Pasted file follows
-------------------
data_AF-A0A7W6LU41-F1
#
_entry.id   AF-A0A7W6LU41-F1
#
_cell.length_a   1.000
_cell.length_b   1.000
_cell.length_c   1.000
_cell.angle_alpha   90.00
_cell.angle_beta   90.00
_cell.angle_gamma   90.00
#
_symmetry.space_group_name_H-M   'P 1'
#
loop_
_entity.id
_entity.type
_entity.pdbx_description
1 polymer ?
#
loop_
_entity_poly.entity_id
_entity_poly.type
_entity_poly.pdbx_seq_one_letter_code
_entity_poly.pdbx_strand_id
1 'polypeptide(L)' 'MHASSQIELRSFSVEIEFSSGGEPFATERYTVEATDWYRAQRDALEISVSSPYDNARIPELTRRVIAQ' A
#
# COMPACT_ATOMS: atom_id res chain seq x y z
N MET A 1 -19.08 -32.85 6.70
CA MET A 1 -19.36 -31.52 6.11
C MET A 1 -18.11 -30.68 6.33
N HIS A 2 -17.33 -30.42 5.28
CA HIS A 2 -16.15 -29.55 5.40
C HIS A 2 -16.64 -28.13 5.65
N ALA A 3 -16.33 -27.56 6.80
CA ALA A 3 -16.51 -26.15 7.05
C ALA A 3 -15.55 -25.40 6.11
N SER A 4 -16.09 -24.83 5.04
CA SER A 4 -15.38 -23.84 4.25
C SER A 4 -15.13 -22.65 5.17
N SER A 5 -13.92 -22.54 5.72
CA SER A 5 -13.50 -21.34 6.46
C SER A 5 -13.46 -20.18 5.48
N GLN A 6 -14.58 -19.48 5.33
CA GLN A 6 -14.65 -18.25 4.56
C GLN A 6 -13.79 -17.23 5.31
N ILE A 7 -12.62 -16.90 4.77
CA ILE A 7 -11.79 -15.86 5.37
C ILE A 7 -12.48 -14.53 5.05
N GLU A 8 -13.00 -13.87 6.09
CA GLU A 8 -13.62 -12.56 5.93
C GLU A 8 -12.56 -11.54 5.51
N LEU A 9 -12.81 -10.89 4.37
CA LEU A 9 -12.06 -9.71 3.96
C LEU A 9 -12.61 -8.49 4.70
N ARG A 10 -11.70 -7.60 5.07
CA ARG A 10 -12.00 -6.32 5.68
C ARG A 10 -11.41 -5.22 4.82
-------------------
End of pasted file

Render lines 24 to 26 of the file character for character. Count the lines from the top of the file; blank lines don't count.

_entity_poly.pdbx_strand_id
1 'polypeptide(L)' 'MHASSQIELRSFSVEIEFSSGGEPFATERYTVEATDWYRAQRDALEISVSSPYDNARIPELTRRVIAQ' A
#